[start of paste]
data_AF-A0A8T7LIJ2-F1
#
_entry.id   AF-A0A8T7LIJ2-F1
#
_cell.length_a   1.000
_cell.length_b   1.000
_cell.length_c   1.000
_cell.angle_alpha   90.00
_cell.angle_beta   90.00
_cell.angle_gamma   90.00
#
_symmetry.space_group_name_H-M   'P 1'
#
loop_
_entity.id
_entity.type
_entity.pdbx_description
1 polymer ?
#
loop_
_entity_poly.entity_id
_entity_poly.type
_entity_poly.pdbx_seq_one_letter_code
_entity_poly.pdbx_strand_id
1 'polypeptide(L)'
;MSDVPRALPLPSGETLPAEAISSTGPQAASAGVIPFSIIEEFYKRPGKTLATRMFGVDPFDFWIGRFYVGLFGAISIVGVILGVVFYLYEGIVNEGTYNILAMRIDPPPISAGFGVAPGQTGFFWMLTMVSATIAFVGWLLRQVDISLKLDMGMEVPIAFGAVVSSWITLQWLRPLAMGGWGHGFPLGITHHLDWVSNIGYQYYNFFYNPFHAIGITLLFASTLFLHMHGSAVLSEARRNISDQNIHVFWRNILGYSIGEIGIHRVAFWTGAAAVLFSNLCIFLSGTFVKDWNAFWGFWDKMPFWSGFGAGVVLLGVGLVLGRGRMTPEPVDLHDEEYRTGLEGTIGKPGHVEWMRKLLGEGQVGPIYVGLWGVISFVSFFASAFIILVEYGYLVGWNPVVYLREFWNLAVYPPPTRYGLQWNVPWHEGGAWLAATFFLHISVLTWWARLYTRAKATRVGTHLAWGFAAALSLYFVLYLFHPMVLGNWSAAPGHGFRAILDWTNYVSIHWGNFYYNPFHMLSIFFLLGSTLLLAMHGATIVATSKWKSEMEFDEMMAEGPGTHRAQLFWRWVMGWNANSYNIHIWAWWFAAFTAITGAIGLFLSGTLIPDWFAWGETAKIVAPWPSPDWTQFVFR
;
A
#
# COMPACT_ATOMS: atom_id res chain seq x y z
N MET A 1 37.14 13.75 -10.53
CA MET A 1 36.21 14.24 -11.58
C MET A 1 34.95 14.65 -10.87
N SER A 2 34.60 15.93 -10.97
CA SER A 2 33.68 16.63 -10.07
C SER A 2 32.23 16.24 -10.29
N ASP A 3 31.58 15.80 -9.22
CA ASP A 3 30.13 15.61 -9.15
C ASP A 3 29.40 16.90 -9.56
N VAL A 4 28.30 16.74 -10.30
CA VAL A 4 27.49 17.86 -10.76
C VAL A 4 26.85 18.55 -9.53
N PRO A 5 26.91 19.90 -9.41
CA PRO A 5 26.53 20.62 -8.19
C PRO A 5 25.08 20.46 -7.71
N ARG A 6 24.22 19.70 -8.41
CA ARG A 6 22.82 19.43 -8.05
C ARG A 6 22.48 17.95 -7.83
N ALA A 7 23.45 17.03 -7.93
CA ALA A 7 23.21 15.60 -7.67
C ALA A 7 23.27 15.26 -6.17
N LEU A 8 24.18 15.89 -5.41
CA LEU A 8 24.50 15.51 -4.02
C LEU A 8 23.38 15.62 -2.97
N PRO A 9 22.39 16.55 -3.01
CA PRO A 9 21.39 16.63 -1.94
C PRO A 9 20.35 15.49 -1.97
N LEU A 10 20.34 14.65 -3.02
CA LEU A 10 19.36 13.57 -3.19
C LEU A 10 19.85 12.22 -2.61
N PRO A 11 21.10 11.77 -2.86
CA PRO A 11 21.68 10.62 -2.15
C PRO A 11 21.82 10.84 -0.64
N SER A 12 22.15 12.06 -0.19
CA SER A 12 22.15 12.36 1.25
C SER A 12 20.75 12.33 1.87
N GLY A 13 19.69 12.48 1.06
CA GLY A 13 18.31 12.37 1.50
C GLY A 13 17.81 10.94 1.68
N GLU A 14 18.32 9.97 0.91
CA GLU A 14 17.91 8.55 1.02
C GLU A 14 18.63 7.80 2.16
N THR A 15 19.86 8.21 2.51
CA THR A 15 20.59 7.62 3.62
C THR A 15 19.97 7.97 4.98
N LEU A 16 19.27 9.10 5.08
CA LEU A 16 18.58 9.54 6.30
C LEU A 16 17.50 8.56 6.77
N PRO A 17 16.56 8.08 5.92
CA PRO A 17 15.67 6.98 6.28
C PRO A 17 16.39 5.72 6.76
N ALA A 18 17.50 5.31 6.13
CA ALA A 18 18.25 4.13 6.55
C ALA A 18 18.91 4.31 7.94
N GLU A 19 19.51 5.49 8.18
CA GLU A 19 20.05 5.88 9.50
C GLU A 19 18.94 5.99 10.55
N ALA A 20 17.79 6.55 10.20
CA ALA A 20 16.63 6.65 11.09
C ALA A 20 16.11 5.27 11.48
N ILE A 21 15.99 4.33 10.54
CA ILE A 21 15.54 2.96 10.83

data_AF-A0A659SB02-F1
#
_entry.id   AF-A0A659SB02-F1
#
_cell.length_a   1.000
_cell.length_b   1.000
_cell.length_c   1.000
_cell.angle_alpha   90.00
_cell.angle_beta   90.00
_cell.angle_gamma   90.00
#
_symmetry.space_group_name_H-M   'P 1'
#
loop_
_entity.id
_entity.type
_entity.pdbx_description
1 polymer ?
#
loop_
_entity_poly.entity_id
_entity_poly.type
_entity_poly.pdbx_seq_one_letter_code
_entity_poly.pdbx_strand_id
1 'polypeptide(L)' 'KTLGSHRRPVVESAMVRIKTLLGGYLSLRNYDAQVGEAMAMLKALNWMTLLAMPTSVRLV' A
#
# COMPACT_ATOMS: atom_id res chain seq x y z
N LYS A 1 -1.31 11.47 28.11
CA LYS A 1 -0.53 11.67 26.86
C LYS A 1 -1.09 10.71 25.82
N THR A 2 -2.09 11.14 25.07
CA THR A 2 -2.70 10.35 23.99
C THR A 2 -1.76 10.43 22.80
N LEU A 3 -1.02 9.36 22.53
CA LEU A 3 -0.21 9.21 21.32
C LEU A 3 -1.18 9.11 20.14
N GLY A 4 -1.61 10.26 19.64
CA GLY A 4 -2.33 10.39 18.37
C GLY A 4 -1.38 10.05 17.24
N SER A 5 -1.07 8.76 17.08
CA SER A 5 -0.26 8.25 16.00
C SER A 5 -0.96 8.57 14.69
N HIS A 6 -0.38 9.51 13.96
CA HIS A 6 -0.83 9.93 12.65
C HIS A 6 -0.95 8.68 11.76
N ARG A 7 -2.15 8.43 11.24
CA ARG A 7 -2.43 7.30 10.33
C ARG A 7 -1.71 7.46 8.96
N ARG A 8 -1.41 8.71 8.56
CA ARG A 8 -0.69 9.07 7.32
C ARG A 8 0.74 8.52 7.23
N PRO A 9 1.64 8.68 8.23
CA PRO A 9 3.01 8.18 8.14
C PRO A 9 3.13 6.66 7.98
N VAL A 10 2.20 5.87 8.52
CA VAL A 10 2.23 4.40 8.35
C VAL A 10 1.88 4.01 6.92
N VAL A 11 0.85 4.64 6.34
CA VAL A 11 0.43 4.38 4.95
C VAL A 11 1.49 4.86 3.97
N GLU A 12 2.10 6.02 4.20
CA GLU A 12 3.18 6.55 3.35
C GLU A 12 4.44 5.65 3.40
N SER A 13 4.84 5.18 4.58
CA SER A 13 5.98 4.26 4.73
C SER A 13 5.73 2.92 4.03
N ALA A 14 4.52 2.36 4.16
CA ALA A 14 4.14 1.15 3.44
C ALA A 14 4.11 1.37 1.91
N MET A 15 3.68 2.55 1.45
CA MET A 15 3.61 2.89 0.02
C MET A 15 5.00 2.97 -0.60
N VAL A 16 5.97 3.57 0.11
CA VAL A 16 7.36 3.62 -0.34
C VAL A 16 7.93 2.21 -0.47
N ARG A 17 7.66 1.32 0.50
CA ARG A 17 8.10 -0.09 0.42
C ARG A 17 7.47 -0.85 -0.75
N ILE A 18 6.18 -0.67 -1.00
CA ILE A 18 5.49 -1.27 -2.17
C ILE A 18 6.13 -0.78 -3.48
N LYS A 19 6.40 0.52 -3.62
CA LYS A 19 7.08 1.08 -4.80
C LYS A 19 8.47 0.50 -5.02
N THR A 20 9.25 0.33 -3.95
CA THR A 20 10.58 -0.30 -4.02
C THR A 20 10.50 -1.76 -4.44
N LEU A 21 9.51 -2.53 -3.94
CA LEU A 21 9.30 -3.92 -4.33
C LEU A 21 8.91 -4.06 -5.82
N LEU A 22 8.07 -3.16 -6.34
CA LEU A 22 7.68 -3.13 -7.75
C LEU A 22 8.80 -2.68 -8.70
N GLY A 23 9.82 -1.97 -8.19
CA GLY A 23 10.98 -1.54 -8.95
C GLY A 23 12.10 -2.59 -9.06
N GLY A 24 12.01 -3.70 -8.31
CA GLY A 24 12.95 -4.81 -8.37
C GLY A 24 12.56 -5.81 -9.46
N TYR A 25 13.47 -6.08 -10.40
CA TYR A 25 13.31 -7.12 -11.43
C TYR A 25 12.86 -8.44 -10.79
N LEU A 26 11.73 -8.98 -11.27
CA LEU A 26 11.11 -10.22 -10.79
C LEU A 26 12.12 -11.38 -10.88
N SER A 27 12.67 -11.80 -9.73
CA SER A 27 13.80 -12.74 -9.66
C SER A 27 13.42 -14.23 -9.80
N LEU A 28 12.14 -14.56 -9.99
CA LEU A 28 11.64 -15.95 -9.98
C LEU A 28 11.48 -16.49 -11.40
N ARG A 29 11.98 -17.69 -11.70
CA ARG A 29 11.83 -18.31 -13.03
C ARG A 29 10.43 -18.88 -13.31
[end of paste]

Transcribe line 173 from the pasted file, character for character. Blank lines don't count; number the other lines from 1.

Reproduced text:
C ILE A 18 6.13 -0.78 -3.48